Father Scully reminded students that Archbishop Gregory made a very important decision while a sixth-grade student in Chicago—to enter the Catholic Church.

“I’m very proud that Archbishop Gregory was a Catholic school student,” said Father Scully, himself a priest of the Archdiocese of Chicago.

Father Scully called Archbishop Gregory an “important voice” for equality and access to Catholic education and commended his “tireless commitment to the apostolate of Catholic education.”

“He’s here in spirit,” said Starkovich upon accepting the award. “I want you to know how very proud Archbishop Gregory is to be associated with you and the Alliance for Catholic Education.”

Kelly Tolcher, a graduate of St. John the Evangelist and Our Lady of Mercy High School, hopes to pursue a master’s in Catholic education at Notre Dame through ACE. Tolcher spoke about how her own ACE teachers impacted her life.

“They were such a huge influence to me,” she said.

Tolcher came to St. John the Evangelist in the fifth grade and admitted it wasn’t an easy change.

“It was definitely a transition period for me,” she recalled.

Tolcher said her teachers supported her in both classroom and faith challenges. “They were looking out for my wellbeing as a human being,” said Tolcher. “They were not just my teachers.”

Tolcher, who earned an English degree at Kennesaw State University, is now working as a para-professional in the kindergarten setting. She plans to teach middle school English and religion.

11 ACE teachers served SJE

St. John the Evangelist teachers Mary and Bill Canning first met at ACE. They are the parents of a newborn son.

Mary Canning, a resource teacher, explained that ACE educators are very well prepared over the summer instruction portion.

“You live in community with other ACE teachers,” she said.

Spiritual retreats are also held during the year for current participants and Canning called the pastoral staff of ACE a great resource.

Savannah Hobbs, current ACE teacher, is in her first year of teaching at SJE. Hobbs teaches Spanish to students in pre-kindergarten through the eighth grade. The Nebraska native, placed at the school through ACE, said the program has been phenomenal.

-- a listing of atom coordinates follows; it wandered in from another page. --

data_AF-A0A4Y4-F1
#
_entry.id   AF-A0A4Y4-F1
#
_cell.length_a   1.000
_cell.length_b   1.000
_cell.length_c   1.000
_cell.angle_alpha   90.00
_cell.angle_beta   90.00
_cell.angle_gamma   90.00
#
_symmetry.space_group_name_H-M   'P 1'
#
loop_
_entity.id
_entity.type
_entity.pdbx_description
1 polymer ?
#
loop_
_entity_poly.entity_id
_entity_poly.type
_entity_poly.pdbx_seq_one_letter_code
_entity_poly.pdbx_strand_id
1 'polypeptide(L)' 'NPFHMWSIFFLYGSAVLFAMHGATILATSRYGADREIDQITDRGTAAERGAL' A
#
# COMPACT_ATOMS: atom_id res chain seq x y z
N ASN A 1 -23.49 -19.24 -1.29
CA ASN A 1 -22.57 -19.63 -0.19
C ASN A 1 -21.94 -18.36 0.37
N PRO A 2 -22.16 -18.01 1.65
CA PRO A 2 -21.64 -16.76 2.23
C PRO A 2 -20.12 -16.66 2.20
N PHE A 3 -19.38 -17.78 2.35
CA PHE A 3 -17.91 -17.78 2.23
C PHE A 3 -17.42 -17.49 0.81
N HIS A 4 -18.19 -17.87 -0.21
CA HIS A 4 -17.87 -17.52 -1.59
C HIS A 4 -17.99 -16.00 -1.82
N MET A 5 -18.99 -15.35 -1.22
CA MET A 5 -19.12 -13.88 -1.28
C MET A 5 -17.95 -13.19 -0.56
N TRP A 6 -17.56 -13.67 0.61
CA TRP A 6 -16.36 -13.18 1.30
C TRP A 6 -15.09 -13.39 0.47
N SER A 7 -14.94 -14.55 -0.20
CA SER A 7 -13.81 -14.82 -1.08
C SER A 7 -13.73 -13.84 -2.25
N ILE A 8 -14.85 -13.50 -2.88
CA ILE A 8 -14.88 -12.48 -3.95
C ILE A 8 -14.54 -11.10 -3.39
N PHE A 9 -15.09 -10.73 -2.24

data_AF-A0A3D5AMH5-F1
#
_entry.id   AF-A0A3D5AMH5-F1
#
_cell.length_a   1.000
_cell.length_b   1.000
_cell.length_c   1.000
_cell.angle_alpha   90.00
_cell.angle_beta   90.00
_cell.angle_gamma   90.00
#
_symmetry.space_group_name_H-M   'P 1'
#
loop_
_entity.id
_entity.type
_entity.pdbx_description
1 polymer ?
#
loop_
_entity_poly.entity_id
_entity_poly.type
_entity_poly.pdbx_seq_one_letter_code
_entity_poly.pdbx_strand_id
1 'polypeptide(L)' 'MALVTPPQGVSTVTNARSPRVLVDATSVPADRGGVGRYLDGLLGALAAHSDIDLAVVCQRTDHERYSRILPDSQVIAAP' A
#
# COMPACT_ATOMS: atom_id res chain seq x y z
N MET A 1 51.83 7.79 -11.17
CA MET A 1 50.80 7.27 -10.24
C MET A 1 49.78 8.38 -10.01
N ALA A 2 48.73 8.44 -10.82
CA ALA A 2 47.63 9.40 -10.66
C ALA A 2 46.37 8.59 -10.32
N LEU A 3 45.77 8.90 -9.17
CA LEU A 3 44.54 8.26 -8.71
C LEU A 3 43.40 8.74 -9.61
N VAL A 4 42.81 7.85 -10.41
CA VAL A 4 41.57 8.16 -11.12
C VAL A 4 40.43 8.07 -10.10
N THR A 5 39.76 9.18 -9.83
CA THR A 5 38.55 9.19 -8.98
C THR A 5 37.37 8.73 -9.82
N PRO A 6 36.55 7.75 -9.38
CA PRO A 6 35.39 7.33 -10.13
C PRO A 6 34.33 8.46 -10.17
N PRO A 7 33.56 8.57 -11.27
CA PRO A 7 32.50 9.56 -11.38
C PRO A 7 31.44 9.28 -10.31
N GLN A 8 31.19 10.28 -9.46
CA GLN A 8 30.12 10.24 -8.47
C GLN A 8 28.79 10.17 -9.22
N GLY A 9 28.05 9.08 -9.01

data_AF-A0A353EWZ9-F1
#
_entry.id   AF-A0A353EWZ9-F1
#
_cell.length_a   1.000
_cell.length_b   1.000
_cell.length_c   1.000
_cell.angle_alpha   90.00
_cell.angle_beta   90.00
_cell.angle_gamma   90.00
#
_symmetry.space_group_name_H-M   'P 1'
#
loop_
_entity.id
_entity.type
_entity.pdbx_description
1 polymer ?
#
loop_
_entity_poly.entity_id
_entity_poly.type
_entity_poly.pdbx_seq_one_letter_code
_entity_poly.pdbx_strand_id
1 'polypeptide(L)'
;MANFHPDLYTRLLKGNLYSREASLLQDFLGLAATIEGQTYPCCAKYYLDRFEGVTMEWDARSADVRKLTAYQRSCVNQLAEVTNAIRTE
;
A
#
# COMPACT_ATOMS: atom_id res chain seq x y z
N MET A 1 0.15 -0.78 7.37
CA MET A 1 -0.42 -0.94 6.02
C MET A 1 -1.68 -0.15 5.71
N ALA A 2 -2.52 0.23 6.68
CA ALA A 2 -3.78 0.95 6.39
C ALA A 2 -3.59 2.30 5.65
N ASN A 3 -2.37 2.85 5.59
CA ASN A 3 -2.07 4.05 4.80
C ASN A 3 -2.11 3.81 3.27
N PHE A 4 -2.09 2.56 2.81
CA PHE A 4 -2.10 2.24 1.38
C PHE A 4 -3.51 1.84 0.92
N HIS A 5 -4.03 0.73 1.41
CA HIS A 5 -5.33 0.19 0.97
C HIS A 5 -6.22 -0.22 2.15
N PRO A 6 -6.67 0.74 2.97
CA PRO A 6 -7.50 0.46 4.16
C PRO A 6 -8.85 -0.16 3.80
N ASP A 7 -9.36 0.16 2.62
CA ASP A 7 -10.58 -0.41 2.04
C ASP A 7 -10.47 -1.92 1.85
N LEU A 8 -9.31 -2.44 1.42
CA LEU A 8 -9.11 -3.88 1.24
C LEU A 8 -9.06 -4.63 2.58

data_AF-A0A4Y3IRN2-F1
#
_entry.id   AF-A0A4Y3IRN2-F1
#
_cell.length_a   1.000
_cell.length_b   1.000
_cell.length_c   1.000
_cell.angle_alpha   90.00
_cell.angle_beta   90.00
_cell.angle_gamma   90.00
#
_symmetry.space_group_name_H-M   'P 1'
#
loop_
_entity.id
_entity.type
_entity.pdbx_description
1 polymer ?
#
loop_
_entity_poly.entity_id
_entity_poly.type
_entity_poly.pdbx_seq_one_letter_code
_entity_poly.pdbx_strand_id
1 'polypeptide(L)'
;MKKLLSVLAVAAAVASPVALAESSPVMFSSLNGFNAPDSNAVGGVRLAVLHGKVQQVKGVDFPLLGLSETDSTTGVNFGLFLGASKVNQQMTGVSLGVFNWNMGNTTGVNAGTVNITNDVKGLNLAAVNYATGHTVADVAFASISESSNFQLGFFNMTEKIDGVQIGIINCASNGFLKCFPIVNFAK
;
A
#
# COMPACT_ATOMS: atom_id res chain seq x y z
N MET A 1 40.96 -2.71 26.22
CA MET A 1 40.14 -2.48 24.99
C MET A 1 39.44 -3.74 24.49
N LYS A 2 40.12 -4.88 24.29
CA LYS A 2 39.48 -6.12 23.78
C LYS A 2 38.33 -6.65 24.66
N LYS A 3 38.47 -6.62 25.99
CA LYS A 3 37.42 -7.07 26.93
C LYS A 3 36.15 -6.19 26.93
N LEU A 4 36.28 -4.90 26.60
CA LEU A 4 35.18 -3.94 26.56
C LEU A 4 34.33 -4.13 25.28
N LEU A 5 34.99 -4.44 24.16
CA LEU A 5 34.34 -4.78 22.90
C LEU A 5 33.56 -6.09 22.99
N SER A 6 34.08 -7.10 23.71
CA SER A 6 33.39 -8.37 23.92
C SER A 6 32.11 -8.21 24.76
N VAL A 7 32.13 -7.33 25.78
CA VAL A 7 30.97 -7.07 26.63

“It’s just been absolutely gorgeous,” she said of the experience.

For Father Scully and his bus crew, it was back to Notre Dame before heading to Oklahoma, Texas, Colorado and New Mexico to see Catholic education at work.

“We use those masters’ (degrees) to drive buses,” joked ACE graduate Alec Torigian.

A middle school teacher, Torigian is learning a lot out on the road but is also looking forward to returning to the classroom.

“I miss it every day,” he said.

Father Scully remarked that 20 years ago, ACE was launched with just one part-time employee and a budget of $5,000. Now, 110 ACE employees work in partnership with hundreds of Catholic schools, many under-resourced and located in inner city neighborhoods, to help ensure that all students have access to a high-quality education.

In addition to the Cannings, and Hobbs, the other current and past ACE teachers of St. John the Evangelist were recognized. They include Monica Rowinsky, Bill Sanford, John Gargano, Katy Walker, Kate Aiello, Laura Waite, Dennis Rankin and Michelle Monk.

Of more than 1,300 graduates of the ACE Service Through Teaching program, 75 percent are still working in the field of education, mostly in Catholic education.

In addition to the Service Through Training program, ACE also offers the Mary Ann Remick Leadership Program. This 26-month formation program culminates in a master’s degree in educational administration, enrolling about 80 aspiring principals at any one time. Coursework incorporates rigorous, mentored internships and generation of scholarly action research projects addressing leadership challenges.

The alliance has two certification programs—English as a New Language and Teaching Exceptional Children. Both address Catholic schools’ demand for teachers with inclusionary skills. These one-year programs, which lead to licensure and eligibility for state certification, expand the skills of Catholic school teachers to better serve the needs of all children.

SJE students were also pleased to be part of the national bus tour and took time to find the school in the myriad of other names listed on the side of the bus.

“It’s quite creative,” said Nigel Sapp.

“It’s definitely incredible to be picked,” said fellow eighth-grade student Eden Rorabaugh.

 

 

 

 

 


For more information on the Alliance for Catholic Education, including how to apply to teaching programs, go to www.ace.nd.edu.